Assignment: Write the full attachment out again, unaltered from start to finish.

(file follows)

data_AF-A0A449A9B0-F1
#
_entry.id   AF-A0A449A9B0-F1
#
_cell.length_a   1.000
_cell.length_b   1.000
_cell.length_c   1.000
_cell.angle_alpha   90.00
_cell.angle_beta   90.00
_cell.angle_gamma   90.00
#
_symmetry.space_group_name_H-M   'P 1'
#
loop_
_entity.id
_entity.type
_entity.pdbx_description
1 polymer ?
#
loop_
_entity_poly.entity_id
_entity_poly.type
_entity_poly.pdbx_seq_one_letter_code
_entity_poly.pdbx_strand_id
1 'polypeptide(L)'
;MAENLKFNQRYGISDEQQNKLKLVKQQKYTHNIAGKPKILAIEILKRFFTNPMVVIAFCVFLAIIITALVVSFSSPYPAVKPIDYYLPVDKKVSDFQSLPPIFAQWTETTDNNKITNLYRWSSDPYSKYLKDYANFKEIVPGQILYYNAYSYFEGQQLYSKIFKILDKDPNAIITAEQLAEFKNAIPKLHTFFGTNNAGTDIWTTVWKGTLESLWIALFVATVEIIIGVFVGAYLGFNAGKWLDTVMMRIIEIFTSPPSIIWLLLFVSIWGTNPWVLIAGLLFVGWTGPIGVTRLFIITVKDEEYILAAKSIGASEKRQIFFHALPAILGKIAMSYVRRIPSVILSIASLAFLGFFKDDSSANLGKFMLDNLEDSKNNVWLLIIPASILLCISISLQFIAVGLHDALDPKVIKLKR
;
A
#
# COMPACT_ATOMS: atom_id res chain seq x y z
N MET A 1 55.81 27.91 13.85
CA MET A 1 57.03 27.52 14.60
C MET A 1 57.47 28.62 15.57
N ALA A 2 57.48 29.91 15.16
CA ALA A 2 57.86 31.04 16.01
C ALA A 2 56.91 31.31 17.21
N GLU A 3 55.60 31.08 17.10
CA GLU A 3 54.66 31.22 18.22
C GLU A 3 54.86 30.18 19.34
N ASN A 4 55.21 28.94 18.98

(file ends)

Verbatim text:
data_AF-A0A449A9B0-F1
#
_entry.id   AF-A0A449A9B0-F1
#
_cell.length_a   1.000
_cell.length_b   1.000
_cell.length_c   1.000
_cell.angle_alpha   90.00
_cell.angle_beta   90.00
_cell.angle_gamma   90.00
#
_symmetry.space_group_name_H-M   'P 1'
#
loop_
_entity.id
_entity.type
_entity.pdbx_description
1 polymer ?
#
loop_
_entity_poly.entity_id
_entity_poly.type
_entity_poly.pdbx_seq_one_letter_code
_entity_poly.pdbx_strand_id
1 'polypeptide(L)'
;MAENLKFNQRYGISDEQQNKLKLVKQQKYTHNIAGKPKILAIEILKRFFTNPMVVIAFCVFLAIIITALVVSFSSPYPAVKPIDYYLPVDKKVSDFQSLPPIFAQWTETTDNNKITNLYRWSSDPYSKYLKDYANFKEIVPGQILYYNAYSYFEGQQLYSKIFKILDKDPNAIITAEQLAEFKNAIPKLHTFFGTNNAGTDIWTTVWKGTLESLWIALFVATVEIIIGVFVGAYLGFNAGKWLDTVMMRIIEIFTSPPSIIWLLLFVSIWGTNPWVLIAGLLFVGWTGPIGVTRLFIITVKDEEYILAAKSIGASEKRQIFFHALPAILGKIAMSYVRRIPSVILSIASLAFLGFFKDDSSANLGKFMLDNLEDSKNNVWLLIIPASILLCISISLQFIAVGLHDALDPKVIKLKR
;
A
#
# COMPACT_ATOMS: atom_id res chain seq x y z
N MET A 1 55.81 27.91 13.85
CA MET A 1 57.03 27.52 14.60
C MET A 1 57.47 28.62 15.57
N ALA A 2 57.48 29.91 15.16
CA ALA A 2 57.86 31.04 16.01
C ALA A 2 56.91 31.31 17.21
N GLU A 3 55.60 31.08 17.10
CA GLU A 3 54.66 31.22 18.22
C GLU A 3 54.86 30.18 19.34
N ASN A 4 55.21 28.94 18.98